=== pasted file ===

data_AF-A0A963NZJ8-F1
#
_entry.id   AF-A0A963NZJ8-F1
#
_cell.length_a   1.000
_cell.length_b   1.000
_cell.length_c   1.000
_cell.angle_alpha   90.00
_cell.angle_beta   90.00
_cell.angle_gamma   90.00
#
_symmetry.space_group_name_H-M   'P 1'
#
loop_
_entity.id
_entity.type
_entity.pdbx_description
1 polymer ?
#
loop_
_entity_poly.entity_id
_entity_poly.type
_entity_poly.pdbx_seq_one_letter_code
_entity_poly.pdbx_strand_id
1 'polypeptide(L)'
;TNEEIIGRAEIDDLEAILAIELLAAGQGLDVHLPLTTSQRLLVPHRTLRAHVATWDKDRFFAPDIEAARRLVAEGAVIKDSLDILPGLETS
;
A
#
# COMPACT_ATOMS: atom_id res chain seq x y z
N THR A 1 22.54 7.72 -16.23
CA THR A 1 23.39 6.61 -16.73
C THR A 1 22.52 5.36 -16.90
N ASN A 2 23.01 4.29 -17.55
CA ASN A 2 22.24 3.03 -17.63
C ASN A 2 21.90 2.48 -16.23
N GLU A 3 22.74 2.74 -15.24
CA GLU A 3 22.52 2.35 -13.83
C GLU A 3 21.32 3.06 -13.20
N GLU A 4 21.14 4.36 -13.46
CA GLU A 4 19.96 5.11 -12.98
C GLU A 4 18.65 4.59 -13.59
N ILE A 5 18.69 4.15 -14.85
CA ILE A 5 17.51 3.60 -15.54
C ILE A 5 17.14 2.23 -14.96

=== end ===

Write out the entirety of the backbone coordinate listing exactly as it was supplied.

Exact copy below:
data_AF-A0A963NZJ8-F1
#
_entry.id   AF-A0A963NZJ8-F1
#
_cell.length_a   1.000
_cell.length_b   1.000
_cell.length_c   1.000
_cell.angle_alpha   90.00
_cell.angle_beta   90.00
_cell.angle_gamma   90.00
#
_symmetry.space_group_name_H-M   'P 1'
#
loop_
_entity.id
_entity.type
_entity.pdbx_description
1 polymer ?
#
loop_
_entity_poly.entity_id
_entity_poly.type
_entity_poly.pdbx_seq_one_letter_code
_entity_poly.pdbx_strand_id
1 'polypeptide(L)'
;TNEEIIGRAEIDDLEAILAIELLAAGQGLDVHLPLTTSQRLLVPHRTLRAHVATWDKDRFFAPDIEAARRLVAEGAVIKDSLDILPGLETS
;
A
#
# COMPACT_ATOMS: atom_id res chain seq x y z
N THR A 1 22.54 7.72 -16.23
CA THR A 1 23.39 6.61 -16.73
C THR A 1 22.52 5.36 -16.90
N ASN A 2 23.01 4.29 -17.55
CA ASN A 2 22.24 3.03 -17.63
C ASN A 2 21.90 2.48 -16.23
N GLU A 3 22.74 2.74 -15.24
CA GLU A 3 22.52 2.35 -13.83
C GLU A 3 21.32 3.06 -13.20
N GLU A 4 21.14 4.36 -13.46
CA GLU A 4 19.96 5.11 -12.98
C GLU A 4 18.65 4.59 -13.59
N ILE A 5 18.69 4.15 -14.85
CA ILE A 5 17.51 3.60 -15.54
C ILE A 5 17.14 2.23 -14.96